In the spring of 1885, A. T. Green traveled west from Davenport and purchased Stephen Boise’s land claim.  It is said that A. T. Greene had always wanted to be the founder of a town, and with his newly acquired land he had his chance.  After his land was surveyed, Mr. Greene donated a 40-acre tract of land for his ambitious townsite.  The abundant water from his hand-dug well made Greene’s land a popular destination for early settlers and provided the name for his town.  It would not be long before Greene could secure Waterville as the county seat. 

            The first attempt to remove Okanogan’s title as county seat was made by the community of Douglas in 1885.  The proposal was voted down by a two-vote majority.  However, it was around this time that Waterville’s friends took to the Democratic convention in Okanogan the infamous “barrel of water.”  The barrel, filled by Waterville’s well, was conclusive proof that the new town had an abundant water supply.  In 1886, an overwhelming vote made Waterville the county seat for Douglas County.  It has been recorded that a sheriff had to be sent in to remove documents from the county auditor, who had refused to move his office from Okanogan to Waterville. 

            E. E. Stowell’s blacksmith shop was the first building erected in Waterville.  It was not the last.  By the spring of 1888, eight buildings lined the streets of the town, including an office for the probate judge and a post office for postmaster A. T. Greene.  In 1889, the first courthouse was built by Greene at a cost of $3,000 and donated to the city for $1.  The second courthouse, built in 1905, remains to this day.  It was recently renovated in 2002.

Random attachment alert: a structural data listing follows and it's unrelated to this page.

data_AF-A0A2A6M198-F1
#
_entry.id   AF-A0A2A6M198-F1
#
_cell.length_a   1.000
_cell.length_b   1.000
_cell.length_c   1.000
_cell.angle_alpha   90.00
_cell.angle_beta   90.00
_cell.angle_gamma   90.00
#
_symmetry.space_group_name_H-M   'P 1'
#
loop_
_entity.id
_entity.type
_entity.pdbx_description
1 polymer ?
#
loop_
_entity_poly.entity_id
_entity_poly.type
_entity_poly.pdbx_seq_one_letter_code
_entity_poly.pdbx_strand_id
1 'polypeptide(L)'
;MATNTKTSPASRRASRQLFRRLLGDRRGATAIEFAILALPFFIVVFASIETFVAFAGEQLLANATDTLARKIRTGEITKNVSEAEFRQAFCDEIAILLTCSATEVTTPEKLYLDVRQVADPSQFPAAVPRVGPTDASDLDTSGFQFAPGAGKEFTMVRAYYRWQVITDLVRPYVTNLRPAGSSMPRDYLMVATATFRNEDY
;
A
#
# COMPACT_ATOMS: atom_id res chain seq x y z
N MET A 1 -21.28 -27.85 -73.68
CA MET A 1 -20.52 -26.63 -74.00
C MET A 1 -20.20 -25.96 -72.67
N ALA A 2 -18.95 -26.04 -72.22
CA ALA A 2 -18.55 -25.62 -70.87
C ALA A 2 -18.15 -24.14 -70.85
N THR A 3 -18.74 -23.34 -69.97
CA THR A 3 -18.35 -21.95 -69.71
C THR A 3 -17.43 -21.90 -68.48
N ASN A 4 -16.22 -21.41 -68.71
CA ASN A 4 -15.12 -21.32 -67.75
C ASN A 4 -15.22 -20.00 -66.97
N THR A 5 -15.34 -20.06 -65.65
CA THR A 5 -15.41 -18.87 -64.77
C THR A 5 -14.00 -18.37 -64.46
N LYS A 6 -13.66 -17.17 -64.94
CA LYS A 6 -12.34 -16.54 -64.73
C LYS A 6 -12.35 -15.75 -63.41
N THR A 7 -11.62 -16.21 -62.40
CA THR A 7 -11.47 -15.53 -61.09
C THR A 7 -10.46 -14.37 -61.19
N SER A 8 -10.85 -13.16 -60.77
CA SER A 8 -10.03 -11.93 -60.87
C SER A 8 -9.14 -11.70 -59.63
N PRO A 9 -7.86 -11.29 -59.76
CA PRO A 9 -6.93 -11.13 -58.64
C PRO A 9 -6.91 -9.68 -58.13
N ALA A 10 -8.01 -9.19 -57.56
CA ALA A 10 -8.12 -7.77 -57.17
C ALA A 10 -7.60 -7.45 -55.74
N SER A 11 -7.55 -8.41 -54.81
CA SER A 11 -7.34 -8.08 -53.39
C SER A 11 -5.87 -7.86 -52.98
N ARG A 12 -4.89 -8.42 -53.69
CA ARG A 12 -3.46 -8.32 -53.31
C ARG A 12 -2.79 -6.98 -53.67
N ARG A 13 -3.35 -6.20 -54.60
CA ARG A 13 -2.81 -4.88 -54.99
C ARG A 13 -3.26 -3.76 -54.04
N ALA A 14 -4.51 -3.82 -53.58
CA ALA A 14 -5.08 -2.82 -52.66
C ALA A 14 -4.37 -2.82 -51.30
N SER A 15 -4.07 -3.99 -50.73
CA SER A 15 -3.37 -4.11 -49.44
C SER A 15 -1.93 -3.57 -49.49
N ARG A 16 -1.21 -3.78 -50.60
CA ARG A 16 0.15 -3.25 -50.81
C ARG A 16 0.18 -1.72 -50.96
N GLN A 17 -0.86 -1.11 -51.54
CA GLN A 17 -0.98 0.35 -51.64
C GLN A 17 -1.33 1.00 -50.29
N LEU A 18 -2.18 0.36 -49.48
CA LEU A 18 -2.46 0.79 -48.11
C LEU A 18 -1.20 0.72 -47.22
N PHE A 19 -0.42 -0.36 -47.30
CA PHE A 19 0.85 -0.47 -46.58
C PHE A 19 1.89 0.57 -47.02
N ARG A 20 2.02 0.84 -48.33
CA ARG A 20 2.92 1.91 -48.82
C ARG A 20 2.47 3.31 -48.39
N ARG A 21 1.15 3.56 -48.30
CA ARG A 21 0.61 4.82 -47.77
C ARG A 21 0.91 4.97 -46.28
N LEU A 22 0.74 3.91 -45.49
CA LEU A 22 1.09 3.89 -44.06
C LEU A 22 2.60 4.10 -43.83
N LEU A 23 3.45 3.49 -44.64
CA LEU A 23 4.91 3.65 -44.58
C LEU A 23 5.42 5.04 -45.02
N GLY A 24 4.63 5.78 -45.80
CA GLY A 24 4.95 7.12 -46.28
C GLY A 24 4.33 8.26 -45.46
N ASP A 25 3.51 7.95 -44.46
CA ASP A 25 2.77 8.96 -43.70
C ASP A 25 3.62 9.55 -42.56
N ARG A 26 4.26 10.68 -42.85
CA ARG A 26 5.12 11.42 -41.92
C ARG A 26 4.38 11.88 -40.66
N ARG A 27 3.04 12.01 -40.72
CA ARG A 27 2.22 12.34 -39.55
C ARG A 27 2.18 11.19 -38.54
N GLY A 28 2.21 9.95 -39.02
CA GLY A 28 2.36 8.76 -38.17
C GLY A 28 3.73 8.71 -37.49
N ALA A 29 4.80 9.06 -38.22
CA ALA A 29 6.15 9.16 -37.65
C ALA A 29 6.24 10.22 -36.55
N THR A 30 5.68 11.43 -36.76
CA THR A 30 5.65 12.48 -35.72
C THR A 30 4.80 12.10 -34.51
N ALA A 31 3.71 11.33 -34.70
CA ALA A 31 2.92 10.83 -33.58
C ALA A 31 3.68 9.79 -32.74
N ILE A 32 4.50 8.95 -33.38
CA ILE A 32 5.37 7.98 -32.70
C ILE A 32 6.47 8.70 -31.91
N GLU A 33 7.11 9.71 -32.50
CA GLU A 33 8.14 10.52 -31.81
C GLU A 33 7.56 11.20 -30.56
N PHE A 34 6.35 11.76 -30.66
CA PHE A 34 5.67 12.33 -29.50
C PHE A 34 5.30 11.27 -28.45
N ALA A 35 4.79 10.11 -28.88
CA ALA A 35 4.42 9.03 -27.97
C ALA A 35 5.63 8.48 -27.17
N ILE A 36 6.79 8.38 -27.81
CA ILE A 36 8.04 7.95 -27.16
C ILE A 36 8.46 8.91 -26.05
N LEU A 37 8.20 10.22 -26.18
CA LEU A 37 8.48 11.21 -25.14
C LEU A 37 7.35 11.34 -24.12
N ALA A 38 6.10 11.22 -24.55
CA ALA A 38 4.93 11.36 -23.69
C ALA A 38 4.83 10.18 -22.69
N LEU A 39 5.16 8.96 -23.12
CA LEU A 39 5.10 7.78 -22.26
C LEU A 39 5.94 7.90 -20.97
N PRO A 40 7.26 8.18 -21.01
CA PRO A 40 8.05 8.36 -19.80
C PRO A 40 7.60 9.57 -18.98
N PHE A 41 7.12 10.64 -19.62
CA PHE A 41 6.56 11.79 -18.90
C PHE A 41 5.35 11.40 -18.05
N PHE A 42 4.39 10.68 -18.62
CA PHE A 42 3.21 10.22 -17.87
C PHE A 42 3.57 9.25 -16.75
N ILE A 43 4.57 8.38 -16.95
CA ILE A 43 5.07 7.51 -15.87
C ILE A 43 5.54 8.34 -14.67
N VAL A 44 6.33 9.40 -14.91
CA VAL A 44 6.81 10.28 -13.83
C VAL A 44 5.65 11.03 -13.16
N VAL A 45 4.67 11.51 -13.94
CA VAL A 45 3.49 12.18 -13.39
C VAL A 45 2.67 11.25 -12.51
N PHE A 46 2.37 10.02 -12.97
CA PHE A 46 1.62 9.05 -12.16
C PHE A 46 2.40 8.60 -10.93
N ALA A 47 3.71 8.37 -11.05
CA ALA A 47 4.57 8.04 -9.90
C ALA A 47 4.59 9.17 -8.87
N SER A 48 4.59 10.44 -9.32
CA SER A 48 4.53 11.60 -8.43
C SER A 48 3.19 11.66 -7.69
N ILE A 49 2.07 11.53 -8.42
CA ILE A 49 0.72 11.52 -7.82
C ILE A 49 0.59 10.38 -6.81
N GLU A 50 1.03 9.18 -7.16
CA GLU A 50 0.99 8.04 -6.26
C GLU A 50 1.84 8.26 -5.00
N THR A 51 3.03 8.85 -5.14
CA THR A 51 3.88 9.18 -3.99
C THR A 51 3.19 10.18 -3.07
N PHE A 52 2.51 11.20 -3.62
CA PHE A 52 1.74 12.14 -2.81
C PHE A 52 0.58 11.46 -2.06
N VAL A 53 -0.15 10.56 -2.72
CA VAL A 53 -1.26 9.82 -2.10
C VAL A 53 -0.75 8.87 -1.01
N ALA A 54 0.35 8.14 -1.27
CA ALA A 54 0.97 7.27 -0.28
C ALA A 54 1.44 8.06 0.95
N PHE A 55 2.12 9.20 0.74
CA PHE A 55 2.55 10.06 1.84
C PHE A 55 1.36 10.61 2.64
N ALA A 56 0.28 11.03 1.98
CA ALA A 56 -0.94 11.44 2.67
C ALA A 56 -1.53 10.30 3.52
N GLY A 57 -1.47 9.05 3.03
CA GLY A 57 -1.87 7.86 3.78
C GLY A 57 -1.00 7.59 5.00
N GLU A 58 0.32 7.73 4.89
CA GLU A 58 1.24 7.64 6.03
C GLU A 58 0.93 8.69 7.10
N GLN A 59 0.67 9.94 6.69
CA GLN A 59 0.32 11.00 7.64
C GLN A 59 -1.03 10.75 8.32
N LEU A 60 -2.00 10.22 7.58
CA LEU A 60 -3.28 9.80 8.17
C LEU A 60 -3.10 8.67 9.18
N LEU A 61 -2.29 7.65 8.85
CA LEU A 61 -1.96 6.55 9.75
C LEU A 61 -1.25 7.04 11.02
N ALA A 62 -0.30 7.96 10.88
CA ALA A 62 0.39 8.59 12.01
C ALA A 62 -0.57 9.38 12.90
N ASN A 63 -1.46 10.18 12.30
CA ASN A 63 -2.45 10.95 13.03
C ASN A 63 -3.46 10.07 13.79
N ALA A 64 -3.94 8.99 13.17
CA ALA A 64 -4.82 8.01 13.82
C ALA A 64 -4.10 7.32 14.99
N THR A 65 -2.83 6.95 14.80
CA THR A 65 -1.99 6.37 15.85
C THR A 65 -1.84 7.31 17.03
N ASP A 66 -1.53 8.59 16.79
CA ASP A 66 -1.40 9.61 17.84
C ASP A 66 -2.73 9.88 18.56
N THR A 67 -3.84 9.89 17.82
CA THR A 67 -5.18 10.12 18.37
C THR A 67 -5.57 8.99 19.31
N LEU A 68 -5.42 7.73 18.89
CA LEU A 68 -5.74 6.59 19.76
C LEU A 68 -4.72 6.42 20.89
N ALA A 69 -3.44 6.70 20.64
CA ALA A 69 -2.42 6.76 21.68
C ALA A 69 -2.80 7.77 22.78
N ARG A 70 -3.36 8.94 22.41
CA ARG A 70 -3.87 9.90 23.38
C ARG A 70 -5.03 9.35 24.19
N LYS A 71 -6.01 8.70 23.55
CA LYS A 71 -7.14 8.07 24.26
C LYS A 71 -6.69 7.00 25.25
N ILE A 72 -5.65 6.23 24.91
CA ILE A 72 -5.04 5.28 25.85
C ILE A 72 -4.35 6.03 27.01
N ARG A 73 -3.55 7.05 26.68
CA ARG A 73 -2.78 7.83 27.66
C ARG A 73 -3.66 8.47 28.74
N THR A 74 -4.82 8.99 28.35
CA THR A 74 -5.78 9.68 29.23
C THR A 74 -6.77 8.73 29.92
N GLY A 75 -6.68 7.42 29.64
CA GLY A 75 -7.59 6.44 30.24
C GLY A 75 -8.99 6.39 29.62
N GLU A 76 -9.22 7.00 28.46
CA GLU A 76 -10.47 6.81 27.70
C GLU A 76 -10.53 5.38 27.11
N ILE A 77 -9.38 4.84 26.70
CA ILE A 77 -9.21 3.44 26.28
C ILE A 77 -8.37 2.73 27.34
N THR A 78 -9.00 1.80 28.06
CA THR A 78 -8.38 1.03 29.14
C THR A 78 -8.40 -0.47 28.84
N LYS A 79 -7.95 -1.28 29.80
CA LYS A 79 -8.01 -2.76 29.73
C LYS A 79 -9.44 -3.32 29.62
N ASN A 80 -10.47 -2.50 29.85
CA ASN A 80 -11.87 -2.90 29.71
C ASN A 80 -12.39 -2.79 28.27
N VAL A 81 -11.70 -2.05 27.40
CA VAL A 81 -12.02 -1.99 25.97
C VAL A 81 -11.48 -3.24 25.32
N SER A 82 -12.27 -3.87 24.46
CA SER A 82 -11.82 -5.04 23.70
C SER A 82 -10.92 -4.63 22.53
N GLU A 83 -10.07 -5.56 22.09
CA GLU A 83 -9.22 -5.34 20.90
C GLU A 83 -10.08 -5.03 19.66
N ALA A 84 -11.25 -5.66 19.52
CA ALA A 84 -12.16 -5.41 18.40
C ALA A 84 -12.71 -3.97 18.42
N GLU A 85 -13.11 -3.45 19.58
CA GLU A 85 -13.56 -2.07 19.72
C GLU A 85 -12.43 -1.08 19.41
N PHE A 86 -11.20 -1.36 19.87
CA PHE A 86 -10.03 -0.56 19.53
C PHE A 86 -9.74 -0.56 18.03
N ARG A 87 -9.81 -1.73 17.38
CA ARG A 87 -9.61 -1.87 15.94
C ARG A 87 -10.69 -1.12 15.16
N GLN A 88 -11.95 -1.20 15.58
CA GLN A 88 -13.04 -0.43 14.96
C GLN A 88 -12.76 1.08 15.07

Two photos of the renovated county courthouse

 

            It was in the winter of 1889-90 that the fate of Waterville would forever be altered.  It was a terrible winter with temperatures well below zero and snow drifts continuing into April, killing off hundreds of cows.  The cattle-based economy of Waterville was destroyed and a shift towards wheat farming would eventually become permanent.   

            On April 14, 1890, a petition signed by 30 Waterville area residents resulted in an election to determine whether or not Waterville would become incorporated.  On May 3rd 1890, under the laws of the newly-formed state of Washington, a unanimous vote incorporated Waterville as a town.  Two years later the ample well water was pumped through town water mains.  Waterville was beginning to live up to its name.  Always the site of celebration for the county, Waterville started the North Central Washington District Fair, then called the Douglas County Fair, in 1913.  The four-day annual celebration near the end of August is a six-county event that offers a carnival, livestock auctions and exhibits, horse races, food, and fun for the whole family.  The event is a chance for everyone to learn about agriculture and livestock in Douglas County and the surrounding area.